Starr's Report To Congress: Author! Author!
By Jodie Morse
(TIME, Sept. 7) -- Congressional reports tend to be jargon-filled affairs, usually tackling sleepy themes like IRS restructuring or census sampling. Not so the 300-page tome on the Lewinsky investigation that Ken Starr is expected to deliver to the House of Representatives by late September. To help craft the report that could decide the fate of the President, Starr has turned to author and legal scholar Stephen Bates. Known for his sober scholarship and shy demeanor, this soft-spoken, Harvard-pedigreed lawyer is the literary editor at the Wilson Quarterly, a cerebral journal whose summer issue boasts an article on the history of conscription and another titled "Is the Bible Bad News for Women?"
Bates, 40, is best known for his frequent writings on the Christian right. "He's a genuinely moral conservative, religious-based, but not an ideologue," says a colleague. For his part, Bates describes himself as a "lapsed Episcopalian" and has been quick to criticize the right's more extreme tactics. His 1993 book Battleground, the story of a school-book censorship case in eastern Tennessee, earned kudos from both sides of the political aisle for its evenhanded portrayal of fundamentalists. In 1996 he co-wrote a similarly fair-minded piece for Playboy on the issue of censorship in cyberspace.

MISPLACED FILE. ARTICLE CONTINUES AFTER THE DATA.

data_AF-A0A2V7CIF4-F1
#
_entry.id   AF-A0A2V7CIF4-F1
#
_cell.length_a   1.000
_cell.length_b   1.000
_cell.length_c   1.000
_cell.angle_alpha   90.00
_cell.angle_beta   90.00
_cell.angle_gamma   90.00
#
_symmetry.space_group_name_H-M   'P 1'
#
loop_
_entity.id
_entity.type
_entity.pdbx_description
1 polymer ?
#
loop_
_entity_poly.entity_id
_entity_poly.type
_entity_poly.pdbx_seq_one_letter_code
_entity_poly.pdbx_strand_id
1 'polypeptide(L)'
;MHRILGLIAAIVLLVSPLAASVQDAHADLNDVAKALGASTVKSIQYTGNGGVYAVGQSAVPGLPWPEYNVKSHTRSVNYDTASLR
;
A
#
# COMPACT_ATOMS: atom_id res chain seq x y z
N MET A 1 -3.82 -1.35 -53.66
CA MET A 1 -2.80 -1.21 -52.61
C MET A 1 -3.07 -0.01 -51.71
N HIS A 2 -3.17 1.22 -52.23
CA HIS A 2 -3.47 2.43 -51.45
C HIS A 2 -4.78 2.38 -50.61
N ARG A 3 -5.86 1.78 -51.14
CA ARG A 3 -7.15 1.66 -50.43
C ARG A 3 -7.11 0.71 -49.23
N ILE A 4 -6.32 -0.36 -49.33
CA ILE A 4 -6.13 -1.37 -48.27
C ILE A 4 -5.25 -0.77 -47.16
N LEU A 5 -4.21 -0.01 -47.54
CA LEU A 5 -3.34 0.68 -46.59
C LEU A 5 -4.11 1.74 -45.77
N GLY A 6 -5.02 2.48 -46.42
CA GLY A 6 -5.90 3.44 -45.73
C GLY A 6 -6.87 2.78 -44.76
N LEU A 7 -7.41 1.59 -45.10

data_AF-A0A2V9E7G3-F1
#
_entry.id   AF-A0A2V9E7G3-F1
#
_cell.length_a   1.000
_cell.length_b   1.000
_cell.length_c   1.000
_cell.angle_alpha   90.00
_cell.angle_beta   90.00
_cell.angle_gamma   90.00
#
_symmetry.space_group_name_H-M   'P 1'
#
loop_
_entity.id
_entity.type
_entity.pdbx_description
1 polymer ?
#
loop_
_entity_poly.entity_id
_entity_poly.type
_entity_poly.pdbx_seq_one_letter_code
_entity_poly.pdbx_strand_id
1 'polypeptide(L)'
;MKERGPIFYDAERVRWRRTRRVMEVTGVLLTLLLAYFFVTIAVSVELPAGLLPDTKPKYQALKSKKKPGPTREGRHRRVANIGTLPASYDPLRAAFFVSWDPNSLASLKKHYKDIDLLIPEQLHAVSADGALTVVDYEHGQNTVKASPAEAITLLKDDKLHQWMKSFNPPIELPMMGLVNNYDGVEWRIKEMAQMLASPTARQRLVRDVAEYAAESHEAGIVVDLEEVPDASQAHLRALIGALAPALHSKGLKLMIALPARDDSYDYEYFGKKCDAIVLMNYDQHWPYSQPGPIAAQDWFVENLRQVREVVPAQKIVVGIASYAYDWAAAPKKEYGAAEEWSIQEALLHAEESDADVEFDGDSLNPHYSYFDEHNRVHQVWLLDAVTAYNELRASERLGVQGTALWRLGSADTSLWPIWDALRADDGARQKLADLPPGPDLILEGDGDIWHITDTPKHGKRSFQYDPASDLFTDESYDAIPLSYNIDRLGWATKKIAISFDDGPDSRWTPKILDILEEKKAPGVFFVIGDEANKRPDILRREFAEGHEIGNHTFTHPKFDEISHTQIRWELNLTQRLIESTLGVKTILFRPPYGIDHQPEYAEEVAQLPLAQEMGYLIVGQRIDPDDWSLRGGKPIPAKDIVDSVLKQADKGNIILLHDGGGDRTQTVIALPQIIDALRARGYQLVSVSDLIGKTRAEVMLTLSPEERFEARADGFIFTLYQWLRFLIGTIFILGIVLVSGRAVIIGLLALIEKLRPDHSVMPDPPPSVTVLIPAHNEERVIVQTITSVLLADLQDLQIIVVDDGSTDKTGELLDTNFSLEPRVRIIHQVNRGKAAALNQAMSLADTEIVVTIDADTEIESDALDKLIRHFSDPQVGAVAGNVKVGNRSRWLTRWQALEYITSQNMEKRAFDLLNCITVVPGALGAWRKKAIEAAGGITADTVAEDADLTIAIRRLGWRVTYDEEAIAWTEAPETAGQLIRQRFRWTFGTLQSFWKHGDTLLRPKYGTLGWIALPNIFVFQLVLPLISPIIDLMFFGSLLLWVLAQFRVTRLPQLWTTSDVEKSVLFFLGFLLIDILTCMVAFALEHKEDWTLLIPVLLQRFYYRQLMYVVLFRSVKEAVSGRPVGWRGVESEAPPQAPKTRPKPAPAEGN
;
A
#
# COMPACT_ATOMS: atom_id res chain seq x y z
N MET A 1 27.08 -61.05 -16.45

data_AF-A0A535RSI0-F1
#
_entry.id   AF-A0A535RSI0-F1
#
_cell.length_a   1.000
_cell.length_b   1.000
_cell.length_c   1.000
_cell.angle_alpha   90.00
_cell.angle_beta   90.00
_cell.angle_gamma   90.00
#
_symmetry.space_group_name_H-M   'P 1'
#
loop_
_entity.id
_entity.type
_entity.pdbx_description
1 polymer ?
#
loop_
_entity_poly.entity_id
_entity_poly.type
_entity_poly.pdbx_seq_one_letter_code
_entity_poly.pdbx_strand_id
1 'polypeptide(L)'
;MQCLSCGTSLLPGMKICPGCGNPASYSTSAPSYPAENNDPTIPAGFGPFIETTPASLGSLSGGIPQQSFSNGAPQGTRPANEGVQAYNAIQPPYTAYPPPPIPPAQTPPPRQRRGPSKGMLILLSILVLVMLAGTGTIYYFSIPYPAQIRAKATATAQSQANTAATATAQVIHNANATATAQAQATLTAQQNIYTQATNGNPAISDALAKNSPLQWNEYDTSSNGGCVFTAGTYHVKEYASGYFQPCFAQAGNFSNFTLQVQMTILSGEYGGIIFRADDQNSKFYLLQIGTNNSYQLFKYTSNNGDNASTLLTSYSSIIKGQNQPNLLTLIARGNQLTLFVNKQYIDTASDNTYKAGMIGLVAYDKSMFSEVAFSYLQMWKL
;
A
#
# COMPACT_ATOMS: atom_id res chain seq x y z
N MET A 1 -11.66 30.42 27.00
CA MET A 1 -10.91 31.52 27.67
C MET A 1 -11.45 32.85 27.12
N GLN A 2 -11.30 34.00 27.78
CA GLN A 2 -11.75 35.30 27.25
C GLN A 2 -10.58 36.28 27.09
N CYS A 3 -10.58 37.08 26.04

Bates began working with Starr's team in 1995. And he has been on a previous publishing venture with Starr. Last year the two tag-teamed on a book proposal for a scholarly study of the separation of church and state. None of the 15 publishers approached would pay the six-figure asking price, according to the Washington Post. It was too much "from a pro-religious ideological perspective," an editor said, and "a bit dry." That is unlikely to be the criticism lodged at the literary culmination of the Starr investigation. While Bates' lawyerly and scholarly sobriety will ensure that the report will not be a Harlequin bodice ripper, it could well be titled Everything You Always Wanted to Know (and Many Things You Didn't) About Sex in the Oval Office.
--With reporting by Elaine Shannon/Washington